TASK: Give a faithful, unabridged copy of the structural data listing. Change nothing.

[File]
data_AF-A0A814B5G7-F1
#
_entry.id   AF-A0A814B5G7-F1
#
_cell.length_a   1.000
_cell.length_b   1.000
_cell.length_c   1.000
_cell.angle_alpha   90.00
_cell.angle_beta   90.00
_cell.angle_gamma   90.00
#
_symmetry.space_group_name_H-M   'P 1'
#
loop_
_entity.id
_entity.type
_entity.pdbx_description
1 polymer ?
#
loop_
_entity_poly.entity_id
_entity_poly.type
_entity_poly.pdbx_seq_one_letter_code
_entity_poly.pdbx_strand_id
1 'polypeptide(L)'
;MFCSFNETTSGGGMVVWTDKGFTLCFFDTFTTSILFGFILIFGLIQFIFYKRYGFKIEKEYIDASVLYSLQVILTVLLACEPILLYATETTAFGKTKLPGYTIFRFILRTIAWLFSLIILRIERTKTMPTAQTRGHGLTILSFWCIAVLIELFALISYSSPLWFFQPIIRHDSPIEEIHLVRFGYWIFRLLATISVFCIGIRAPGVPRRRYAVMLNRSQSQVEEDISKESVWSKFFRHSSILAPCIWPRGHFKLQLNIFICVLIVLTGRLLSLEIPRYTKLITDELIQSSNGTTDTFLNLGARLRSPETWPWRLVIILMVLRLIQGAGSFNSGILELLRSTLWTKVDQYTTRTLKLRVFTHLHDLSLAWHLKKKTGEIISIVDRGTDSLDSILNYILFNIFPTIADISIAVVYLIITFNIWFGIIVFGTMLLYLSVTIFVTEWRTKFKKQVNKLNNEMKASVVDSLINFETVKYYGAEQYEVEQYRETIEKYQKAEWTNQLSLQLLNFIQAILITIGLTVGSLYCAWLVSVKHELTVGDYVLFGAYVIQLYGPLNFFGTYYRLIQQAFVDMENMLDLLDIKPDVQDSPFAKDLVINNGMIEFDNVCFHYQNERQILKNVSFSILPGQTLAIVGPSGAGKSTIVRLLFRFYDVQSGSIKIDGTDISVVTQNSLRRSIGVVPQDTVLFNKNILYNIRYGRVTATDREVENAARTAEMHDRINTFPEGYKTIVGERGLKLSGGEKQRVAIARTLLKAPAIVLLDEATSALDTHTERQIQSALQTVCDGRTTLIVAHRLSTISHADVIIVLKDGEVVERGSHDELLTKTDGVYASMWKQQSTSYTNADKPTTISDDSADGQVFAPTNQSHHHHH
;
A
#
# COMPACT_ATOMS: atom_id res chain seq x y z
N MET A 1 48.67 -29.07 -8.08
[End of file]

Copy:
data_AF-A0A814B5G7-F1
#
_entry.id   AF-A0A814B5G7-F1
#
_cell.length_a   1.000
_cell.length_b   1.000
_cell.length_c   1.000
_cell.angle_alpha   90.00
_cell.angle_beta   90.00
_cell.angle_gamma   90.00
#
_symmetry.space_group_name_H-M   'P 1'
#
loop_
_entity.id
_entity.type
_entity.pdbx_description
1 polymer ?
#
loop_
_entity_poly.entity_id
_entity_poly.type
_entity_poly.pdbx_seq_one_letter_code
_entity_poly.pdbx_strand_id
1 'polypeptide(L)'
;MFCSFNETTSGGGMVVWTDKGFTLCFFDTFTTSILFGFILIFGLIQFIFYKRYGFKIEKEYIDASVLYSLQVILTVLLACEPILLYATETTAFGKTKLPGYTIFRFILRTIAWLFSLIILRIERTKTMPTAQTRGHGLTILSFWCIAVLIELFALISYSSPLWFFQPIIRHDSPIEEIHLVRFGYWIFRLLATISVFCIGIRAPGVPRRRYAVMLNRSQSQVEEDISKESVWSKFFRHSSILAPCIWPRGHFKLQLNIFICVLIVLTGRLLSLEIPRYTKLITDELIQSSNGTTDTFLNLGARLRSPETWPWRLVIILMVLRLIQGAGSFNSGILELLRSTLWTKVDQYTTRTLKLRVFTHLHDLSLAWHLKKKTGEIISIVDRGTDSLDSILNYILFNIFPTIADISIAVVYLIITFNIWFGIIVFGTMLLYLSVTIFVTEWRTKFKKQVNKLNNEMKASVVDSLINFETVKYYGAEQYEVEQYRETIEKYQKAEWTNQLSLQLLNFIQAILITIGLTVGSLYCAWLVSVKHELTVGDYVLFGAYVIQLYGPLNFFGTYYRLIQQAFVDMENMLDLLDIKPDVQDSPFAKDLVINNGMIEFDNVCFHYQNERQILKNVSFSILPGQTLAIVGPSGAGKSTIVRLLFRFYDVQSGSIKIDGTDISVVTQNSLRRSIGVVPQDTVLFNKNILYNIRYGRVTATDREVENAARTAEMHDRINTFPEGYKTIVGERGLKLSGGEKQRVAIARTLLKAPAIVLLDEATSALDTHTERQIQSALQTVCDGRTTLIVAHRLSTISHADVIIVLKDGEVVERGSHDELLTKTDGVYASMWKQQSTSYTNADKPTTISDDSADGQVFAPTNQSHHHHH
;
A
#
# COMPACT_ATOMS: atom_id res chain seq x y z
N MET A 1 48.67 -29.07 -8.08